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Frederick Pilot Middle School Wireless Learning Evaluation
As one component of the Frederick Wireless Evaluation students across all grades and Academies produced student drawings both before and after implementation of the laptop program. In each case, teachers distributed the blank drawing forms to their students which prompted them to:
Think about the work you do in your classroom.
In the space below, draw a picture of yourself writing in school.
As demonstrated in past 1:1 evaluation and research, student drawings provide a unique and valuable perspective on the impacts of technology as perceived by the students themselves1,2. Although student drawings may be an unusual tool for collecting information about students and their classrooms, student drawings continue to provide a rich descriptive examination into students' perspective that is often neglected in more traditional data sources.
To date, drawings have been collected from Frederick students in March 2007, October 2007 and June 2008. For each student drawing, a trained researcher has coded a number of dichotomous features that have been pre-selected using a emergent analytic coding process established through prior 1:1 research studies3. The specific features coded in the drawings fall into four broad categories:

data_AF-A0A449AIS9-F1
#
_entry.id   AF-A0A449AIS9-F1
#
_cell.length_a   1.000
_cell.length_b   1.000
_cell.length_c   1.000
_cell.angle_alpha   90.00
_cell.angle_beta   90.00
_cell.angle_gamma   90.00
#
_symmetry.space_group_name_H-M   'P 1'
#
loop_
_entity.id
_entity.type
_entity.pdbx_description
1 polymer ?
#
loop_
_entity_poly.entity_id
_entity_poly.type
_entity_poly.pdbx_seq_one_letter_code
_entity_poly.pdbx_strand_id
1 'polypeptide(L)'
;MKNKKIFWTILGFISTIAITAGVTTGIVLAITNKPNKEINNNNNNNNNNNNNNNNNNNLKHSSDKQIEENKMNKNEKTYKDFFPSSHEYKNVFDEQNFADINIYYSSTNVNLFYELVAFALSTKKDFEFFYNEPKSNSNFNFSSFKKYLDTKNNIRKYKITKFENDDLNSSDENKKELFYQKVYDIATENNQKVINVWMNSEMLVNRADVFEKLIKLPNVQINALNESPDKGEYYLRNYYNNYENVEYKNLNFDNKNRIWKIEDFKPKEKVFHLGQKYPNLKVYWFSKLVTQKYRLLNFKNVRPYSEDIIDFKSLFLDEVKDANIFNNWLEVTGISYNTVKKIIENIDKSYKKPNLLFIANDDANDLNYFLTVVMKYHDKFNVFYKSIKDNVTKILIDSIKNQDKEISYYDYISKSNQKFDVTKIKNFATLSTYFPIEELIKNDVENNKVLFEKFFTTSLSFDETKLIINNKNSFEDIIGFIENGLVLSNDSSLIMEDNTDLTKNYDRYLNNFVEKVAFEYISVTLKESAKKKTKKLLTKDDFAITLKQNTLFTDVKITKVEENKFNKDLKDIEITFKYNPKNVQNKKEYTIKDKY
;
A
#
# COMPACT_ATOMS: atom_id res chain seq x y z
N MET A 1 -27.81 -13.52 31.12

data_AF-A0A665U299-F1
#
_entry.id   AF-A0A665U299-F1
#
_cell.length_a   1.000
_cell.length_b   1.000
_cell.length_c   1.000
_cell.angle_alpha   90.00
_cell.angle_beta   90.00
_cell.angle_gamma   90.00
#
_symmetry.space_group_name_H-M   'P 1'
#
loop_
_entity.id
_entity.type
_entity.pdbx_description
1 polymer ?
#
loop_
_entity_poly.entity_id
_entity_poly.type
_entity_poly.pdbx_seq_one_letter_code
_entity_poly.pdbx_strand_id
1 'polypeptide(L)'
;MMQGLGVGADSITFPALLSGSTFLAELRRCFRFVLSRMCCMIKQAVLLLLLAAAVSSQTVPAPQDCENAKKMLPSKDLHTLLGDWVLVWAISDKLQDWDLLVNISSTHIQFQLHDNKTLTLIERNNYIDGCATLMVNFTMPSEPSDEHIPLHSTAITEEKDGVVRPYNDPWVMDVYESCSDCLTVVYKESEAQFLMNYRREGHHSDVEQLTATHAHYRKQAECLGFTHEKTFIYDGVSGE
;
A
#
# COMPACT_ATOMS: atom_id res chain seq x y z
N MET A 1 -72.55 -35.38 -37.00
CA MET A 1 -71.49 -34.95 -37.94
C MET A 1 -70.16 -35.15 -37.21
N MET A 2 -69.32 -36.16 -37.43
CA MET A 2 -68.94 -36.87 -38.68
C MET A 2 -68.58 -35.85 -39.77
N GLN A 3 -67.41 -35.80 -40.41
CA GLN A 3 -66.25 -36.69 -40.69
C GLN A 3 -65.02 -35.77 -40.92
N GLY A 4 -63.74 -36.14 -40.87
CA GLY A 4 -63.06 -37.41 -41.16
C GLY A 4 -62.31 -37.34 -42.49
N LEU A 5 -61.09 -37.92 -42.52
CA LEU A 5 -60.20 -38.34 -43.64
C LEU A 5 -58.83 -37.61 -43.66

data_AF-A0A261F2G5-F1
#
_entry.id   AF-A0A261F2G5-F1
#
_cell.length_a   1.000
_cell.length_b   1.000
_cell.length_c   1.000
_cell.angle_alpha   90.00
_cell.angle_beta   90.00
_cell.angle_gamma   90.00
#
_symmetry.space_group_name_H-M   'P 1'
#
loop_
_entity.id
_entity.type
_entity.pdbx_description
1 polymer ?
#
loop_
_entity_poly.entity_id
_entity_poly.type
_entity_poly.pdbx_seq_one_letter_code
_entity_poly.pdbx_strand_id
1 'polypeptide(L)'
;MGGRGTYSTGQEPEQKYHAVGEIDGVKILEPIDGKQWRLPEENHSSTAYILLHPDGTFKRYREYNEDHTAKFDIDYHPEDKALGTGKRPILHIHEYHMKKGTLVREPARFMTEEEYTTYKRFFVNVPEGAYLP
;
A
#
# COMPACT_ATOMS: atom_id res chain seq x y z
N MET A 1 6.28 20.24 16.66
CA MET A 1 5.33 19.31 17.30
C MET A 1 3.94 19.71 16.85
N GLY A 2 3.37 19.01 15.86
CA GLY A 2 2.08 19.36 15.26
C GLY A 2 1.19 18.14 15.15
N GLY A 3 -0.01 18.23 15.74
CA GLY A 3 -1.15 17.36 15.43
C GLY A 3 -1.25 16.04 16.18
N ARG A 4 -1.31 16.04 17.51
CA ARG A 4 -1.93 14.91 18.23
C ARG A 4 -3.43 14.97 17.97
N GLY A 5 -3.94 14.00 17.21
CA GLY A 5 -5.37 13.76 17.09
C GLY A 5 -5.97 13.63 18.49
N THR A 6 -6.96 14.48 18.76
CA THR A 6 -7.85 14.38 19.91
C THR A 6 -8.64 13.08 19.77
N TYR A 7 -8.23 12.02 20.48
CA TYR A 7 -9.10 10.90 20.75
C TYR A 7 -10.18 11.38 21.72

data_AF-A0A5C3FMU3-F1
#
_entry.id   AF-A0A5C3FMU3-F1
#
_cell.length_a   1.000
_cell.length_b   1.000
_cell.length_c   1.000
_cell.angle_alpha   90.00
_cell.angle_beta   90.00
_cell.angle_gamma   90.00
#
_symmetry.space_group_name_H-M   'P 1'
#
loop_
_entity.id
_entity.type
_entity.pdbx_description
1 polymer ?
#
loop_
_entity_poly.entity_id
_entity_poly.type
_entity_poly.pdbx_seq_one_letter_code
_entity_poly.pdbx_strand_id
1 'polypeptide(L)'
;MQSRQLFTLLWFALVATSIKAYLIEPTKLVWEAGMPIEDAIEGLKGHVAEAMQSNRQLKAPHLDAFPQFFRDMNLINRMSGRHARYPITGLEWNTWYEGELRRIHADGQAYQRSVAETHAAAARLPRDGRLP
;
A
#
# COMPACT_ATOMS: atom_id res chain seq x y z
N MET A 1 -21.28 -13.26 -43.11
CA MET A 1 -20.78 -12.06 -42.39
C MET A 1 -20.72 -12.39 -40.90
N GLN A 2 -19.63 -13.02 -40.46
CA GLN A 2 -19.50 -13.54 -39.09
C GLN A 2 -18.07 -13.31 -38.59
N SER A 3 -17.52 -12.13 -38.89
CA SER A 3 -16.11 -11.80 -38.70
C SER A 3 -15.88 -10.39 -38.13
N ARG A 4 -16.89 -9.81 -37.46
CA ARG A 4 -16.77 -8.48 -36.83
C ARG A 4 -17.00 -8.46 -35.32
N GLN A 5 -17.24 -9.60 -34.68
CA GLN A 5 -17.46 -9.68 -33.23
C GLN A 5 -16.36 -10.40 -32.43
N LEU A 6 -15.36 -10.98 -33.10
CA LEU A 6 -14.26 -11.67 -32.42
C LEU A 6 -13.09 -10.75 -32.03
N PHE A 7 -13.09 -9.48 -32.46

The specific drawing codes and their definitions used in the current evaluation can be accessed HERE.
Although, the final collection of student drawings has not yet been carried out, the initial analyses of pre and post drawings has been carried for the 6th and 7th grade student populations and can be accessed HERE.
We have found that with minimal training the drawing categories and codes exhibit both inter-rater and intra-rater reliability so that the codes assigned to the drawings are stable across different raters and over time. Before the two researchers commenced coding a recent collection of student drawings, 30 drawings from a previous 1:1 study were randomly selected and coded by both researchers in a an effort to document inter-rater reliability. Across the two raters, the inter-rater reliability estimate was slightly greater than 95%. The research team considers this more than sufficient agreement for the current study and moved forward with coding the Frederick drawings.
Although the coded samples of drawings show some differences in student depictions and perceptions over time (notably the increase in technology resources), individual student drawings allow a more direct window into students' perception and view of themselves and their school.
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